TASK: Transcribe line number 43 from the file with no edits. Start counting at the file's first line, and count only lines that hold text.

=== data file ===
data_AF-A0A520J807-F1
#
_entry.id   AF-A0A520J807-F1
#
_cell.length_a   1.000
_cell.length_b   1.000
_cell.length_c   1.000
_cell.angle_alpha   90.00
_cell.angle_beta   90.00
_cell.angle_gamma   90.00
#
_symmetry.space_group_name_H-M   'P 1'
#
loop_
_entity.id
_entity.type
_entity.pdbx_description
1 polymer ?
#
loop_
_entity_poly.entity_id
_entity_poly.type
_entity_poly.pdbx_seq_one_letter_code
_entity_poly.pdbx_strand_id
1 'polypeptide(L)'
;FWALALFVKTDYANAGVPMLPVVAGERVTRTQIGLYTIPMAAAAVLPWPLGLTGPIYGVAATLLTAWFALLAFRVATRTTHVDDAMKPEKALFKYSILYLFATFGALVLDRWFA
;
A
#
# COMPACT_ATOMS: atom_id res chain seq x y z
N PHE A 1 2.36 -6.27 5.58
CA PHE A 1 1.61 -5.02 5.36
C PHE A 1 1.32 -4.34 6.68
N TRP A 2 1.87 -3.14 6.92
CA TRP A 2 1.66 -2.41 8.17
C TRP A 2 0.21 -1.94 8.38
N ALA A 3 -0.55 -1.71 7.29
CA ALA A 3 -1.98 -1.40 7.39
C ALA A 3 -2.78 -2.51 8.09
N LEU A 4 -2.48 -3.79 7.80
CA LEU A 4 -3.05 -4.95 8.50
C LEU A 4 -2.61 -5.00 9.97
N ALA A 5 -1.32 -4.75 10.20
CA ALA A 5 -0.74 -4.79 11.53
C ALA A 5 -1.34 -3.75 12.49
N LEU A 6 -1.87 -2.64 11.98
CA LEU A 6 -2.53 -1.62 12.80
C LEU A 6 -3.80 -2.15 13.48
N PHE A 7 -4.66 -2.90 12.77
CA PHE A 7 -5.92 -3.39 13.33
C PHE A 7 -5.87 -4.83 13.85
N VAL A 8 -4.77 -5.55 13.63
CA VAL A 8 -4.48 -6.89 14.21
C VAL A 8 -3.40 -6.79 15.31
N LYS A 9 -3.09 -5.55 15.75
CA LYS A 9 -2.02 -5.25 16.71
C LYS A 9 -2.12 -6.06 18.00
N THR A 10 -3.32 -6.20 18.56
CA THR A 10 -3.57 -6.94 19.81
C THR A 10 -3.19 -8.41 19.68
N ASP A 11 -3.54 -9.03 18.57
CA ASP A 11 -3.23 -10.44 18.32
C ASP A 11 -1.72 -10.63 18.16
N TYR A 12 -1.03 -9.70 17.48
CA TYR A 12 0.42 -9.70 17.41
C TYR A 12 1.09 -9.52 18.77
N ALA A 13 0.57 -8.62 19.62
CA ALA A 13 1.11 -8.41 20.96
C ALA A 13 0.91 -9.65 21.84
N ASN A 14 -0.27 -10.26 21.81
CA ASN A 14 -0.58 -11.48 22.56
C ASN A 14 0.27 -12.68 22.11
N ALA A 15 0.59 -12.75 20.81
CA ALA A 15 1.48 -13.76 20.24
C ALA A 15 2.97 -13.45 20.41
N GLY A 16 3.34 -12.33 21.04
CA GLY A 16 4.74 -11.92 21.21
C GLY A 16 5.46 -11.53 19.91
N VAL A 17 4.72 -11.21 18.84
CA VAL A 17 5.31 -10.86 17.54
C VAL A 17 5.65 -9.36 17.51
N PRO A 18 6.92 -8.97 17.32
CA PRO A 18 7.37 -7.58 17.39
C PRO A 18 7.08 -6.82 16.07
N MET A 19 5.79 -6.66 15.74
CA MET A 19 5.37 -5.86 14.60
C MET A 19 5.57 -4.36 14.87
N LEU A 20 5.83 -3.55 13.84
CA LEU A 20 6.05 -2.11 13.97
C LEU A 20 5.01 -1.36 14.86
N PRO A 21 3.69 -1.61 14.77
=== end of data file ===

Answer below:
N ALA A 5 -1.32 -4.75 10.20